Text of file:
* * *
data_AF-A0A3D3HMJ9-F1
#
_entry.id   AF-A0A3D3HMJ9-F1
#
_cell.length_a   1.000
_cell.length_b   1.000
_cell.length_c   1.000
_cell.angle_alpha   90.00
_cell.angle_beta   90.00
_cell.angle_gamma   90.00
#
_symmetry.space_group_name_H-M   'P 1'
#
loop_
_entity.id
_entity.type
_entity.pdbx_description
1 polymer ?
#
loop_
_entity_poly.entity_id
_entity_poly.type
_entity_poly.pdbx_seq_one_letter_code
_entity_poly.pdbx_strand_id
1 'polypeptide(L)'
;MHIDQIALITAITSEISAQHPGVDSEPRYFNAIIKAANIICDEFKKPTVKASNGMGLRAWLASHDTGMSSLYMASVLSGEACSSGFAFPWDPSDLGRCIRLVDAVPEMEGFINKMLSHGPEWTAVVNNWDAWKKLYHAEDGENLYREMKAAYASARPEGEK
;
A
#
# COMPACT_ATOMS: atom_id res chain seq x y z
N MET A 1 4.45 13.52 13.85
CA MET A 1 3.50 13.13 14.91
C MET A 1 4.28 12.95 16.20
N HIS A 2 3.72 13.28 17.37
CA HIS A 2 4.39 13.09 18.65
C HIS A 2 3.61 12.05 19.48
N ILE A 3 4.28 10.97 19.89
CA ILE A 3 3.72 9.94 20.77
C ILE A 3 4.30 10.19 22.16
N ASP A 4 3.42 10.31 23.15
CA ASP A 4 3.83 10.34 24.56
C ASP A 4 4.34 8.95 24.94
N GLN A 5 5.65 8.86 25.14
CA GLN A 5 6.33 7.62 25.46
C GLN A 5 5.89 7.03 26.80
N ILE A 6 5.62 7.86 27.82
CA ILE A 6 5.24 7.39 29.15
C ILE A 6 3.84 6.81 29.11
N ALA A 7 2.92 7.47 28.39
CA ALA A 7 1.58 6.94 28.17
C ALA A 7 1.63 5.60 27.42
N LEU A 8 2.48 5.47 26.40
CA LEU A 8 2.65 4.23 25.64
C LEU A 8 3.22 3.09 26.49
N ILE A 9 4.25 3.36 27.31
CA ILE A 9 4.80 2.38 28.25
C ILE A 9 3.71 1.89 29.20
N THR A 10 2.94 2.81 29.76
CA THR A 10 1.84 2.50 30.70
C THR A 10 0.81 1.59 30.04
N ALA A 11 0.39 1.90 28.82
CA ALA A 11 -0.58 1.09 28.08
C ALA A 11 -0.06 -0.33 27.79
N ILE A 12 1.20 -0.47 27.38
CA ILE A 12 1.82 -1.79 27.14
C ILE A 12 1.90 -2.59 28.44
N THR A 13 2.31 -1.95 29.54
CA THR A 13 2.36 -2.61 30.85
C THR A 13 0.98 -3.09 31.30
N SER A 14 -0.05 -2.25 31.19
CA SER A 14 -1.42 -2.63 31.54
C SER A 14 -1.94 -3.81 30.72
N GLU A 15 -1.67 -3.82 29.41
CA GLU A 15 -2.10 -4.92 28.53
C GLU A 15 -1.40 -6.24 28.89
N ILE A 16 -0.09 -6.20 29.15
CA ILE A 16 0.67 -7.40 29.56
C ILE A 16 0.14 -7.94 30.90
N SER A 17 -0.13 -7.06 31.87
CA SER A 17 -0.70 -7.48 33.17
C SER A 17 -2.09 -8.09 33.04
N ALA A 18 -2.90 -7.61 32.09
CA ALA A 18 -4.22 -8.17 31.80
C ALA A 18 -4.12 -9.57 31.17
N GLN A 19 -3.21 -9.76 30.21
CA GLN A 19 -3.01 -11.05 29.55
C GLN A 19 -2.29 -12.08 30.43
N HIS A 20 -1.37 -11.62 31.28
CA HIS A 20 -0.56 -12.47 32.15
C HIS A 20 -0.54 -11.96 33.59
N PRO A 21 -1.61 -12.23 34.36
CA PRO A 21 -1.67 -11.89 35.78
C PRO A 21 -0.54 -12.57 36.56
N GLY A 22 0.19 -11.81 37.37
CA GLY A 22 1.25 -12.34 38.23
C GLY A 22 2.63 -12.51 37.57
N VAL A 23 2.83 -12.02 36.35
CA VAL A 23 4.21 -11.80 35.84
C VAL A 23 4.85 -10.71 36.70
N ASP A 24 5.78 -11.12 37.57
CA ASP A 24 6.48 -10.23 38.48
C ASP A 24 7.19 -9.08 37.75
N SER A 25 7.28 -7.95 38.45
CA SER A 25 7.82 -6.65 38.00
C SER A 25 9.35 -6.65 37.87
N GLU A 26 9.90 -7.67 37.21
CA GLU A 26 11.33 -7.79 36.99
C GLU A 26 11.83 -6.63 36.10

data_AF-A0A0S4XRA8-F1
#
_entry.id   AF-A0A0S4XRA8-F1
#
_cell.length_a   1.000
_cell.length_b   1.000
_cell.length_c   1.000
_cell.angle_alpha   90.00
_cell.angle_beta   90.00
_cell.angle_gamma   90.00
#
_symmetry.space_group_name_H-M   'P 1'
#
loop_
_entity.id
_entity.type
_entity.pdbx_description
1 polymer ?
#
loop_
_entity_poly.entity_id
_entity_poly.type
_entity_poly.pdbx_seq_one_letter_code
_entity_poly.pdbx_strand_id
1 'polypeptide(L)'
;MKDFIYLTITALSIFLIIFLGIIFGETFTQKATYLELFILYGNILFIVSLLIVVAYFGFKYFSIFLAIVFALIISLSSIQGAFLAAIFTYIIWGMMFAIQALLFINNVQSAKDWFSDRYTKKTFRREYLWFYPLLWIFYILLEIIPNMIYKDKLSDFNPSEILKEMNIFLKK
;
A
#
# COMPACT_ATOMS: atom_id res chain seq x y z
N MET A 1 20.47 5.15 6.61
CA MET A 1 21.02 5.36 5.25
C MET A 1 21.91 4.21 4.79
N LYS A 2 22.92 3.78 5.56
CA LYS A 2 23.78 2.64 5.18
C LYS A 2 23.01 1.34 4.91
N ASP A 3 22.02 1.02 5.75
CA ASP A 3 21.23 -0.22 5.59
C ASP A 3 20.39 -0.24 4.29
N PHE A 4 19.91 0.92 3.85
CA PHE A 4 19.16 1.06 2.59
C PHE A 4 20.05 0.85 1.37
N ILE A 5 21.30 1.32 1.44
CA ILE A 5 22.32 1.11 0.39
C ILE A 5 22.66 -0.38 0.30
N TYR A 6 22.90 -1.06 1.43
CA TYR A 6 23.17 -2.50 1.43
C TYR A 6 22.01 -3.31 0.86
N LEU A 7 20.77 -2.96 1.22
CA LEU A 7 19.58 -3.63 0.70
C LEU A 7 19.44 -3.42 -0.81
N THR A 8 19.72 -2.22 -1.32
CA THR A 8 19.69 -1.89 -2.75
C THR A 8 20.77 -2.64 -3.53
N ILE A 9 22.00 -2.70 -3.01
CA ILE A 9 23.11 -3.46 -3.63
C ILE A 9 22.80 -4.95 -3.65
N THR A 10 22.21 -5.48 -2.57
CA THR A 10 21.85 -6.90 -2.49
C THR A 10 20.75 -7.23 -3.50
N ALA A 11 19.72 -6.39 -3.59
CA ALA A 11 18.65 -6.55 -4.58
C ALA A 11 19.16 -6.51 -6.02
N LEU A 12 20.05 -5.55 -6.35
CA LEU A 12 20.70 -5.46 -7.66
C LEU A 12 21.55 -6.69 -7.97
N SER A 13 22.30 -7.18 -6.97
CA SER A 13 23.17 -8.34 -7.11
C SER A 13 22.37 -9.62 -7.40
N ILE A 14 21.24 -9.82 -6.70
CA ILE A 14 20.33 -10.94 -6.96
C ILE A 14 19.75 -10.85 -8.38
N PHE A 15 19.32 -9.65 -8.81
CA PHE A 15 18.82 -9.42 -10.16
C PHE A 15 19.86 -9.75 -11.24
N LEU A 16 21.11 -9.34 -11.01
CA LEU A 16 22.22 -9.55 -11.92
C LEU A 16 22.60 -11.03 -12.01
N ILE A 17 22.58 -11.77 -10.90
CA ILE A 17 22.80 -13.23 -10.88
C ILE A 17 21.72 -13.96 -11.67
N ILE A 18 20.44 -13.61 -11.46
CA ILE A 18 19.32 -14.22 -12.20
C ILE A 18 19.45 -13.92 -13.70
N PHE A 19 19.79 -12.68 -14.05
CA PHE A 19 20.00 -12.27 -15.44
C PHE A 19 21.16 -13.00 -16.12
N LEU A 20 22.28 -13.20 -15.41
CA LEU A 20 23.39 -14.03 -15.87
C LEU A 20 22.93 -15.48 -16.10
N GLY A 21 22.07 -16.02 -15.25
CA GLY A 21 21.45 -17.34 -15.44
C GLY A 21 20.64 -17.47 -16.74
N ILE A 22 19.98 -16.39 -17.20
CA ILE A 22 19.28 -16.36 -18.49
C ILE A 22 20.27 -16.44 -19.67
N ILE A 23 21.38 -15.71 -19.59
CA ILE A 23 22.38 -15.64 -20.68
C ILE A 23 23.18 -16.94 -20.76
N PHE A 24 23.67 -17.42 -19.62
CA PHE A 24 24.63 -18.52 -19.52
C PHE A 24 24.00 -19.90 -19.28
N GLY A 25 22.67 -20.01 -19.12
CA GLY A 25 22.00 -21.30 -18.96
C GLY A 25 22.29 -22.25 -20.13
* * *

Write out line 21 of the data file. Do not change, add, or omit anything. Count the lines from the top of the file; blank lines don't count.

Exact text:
_entity_poly.entity_id